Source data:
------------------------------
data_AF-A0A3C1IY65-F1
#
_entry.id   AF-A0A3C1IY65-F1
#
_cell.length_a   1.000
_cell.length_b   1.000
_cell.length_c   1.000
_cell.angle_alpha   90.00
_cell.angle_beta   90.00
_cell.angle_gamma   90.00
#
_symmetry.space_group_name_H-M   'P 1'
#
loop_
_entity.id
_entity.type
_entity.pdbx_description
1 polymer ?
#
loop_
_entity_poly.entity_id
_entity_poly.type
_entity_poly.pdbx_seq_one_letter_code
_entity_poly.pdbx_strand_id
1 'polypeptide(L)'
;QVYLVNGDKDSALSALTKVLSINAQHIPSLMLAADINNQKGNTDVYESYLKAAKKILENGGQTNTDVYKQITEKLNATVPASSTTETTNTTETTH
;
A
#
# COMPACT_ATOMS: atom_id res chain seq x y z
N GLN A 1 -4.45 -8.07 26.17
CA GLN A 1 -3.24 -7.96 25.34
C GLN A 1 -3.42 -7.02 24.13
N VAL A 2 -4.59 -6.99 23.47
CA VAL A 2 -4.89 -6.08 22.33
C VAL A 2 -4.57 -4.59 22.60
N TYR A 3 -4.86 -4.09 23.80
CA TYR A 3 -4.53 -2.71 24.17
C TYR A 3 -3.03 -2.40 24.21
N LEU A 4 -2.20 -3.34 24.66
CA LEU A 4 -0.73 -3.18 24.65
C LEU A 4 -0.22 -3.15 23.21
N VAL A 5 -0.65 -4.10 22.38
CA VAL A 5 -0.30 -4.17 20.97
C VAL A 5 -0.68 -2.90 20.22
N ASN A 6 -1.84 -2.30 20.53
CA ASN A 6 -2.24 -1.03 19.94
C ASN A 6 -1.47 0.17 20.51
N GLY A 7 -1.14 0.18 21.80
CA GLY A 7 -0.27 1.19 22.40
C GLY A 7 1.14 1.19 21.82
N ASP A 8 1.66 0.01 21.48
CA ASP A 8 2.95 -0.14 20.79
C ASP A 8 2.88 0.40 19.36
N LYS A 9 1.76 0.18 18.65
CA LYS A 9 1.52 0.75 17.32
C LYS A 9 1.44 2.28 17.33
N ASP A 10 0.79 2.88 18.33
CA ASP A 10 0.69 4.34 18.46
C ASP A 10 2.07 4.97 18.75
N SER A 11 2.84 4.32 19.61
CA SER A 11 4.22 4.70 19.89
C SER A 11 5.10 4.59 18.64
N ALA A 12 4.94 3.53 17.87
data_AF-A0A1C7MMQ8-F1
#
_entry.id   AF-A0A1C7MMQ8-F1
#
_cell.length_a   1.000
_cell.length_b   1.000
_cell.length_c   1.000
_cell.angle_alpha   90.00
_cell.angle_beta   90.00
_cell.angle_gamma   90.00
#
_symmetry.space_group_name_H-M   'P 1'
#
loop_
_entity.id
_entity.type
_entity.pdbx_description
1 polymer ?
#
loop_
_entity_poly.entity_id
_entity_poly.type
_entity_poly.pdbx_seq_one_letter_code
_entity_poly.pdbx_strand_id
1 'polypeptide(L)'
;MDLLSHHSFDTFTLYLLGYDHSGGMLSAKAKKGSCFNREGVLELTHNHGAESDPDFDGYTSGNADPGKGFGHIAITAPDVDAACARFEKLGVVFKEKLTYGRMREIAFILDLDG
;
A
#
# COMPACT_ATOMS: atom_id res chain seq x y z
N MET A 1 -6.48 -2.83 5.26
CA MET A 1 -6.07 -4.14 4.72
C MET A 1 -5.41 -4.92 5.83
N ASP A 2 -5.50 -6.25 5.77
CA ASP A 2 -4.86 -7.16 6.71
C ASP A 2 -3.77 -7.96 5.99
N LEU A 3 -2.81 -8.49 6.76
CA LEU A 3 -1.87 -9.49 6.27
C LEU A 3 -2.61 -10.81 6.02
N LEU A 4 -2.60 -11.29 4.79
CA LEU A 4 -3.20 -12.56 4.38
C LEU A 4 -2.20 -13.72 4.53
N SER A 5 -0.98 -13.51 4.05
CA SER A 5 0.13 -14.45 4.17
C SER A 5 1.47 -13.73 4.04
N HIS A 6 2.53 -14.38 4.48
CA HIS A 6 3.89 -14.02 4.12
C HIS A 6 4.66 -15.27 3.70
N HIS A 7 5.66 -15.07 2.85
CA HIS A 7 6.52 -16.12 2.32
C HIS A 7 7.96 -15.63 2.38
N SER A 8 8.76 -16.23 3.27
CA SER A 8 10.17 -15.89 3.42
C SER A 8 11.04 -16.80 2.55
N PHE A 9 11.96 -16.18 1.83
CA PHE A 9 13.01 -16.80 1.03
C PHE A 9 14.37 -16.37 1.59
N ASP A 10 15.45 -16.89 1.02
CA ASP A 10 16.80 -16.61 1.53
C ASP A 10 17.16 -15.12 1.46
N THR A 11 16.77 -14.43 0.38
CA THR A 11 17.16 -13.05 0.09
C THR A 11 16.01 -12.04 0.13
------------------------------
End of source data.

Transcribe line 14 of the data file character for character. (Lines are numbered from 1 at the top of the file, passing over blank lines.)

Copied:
loop_